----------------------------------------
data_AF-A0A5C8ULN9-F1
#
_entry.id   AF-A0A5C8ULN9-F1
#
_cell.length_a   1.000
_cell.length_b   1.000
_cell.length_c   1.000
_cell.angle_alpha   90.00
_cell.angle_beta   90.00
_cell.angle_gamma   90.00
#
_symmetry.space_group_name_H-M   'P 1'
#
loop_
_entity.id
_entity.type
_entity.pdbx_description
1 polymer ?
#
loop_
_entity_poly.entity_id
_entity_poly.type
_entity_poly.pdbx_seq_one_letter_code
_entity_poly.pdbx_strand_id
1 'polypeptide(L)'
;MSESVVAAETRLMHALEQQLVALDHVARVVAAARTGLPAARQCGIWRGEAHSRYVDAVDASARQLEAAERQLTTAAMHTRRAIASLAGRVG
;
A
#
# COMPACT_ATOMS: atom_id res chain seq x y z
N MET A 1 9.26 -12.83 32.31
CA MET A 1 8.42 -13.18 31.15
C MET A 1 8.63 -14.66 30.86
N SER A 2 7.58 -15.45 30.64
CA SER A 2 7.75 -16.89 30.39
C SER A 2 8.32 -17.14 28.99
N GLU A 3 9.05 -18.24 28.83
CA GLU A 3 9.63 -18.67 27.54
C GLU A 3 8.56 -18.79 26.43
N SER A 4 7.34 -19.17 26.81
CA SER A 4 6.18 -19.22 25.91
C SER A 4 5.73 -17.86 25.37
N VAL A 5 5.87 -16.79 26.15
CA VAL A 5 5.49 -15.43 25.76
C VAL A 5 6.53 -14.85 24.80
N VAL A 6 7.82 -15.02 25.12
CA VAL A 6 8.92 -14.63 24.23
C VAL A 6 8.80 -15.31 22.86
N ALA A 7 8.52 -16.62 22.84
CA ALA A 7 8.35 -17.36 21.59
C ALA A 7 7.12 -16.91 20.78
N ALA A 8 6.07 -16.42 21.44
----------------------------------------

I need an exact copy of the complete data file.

data_AF-A0A5C8ULN9-F1
#
_entry.id   AF-A0A5C8ULN9-F1
#
_cell.length_a   1.000
_cell.length_b   1.000
_cell.length_c   1.000
_cell.angle_alpha   90.00
_cell.angle_beta   90.00
_cell.angle_gamma   90.00
#
_symmetry.space_group_name_H-M   'P 1'
#
loop_
_entity.id
_entity.type
_entity.pdbx_description
1 polymer ?
#
loop_
_entity_poly.entity_id
_entity_poly.type
_entity_poly.pdbx_seq_one_letter_code
_entity_poly.pdbx_strand_id
1 'polypeptide(L)'
;MSESVVAAETRLMHALEQQLVALDHVARVVAAARTGLPAARQCGIWRGEAHSRYVDAVDASARQLEAAERQLTTAAMHTRRAIASLAGRVG
;
A
#
# COMPACT_ATOMS: atom_id res chain seq x y z
N MET A 1 9.26 -12.83 32.31
CA MET A 1 8.42 -13.18 31.15
C MET A 1 8.63 -14.66 30.86
N SER A 2 7.58 -15.45 30.64
CA SER A 2 7.75 -16.89 30.39
C SER A 2 8.32 -17.14 28.99
N GLU A 3 9.05 -18.24 28.83
CA GLU A 3 9.63 -18.67 27.54
C GLU A 3 8.56 -18.79 26.43
N SER A 4 7.34 -19.17 26.81
CA SER A 4 6.18 -19.22 25.91
C SER A 4 5.73 -17.86 25.37
N VAL A 5 5.87 -16.79 26.15
CA VAL A 5 5.49 -15.43 25.76
C VAL A 5 6.53 -14.85 24.80
N VAL A 6 7.82 -15.02 25.12
CA VAL A 6 8.92 -14.63 24.23
C VAL A 6 8.80 -15.31 22.86
N ALA A 7 8.52 -16.62 22.84
CA ALA A 7 8.35 -17.36 21.59
C ALA A 7 7.12 -16.91 20.78
N ALA A 8 6.07 -16.42 21.44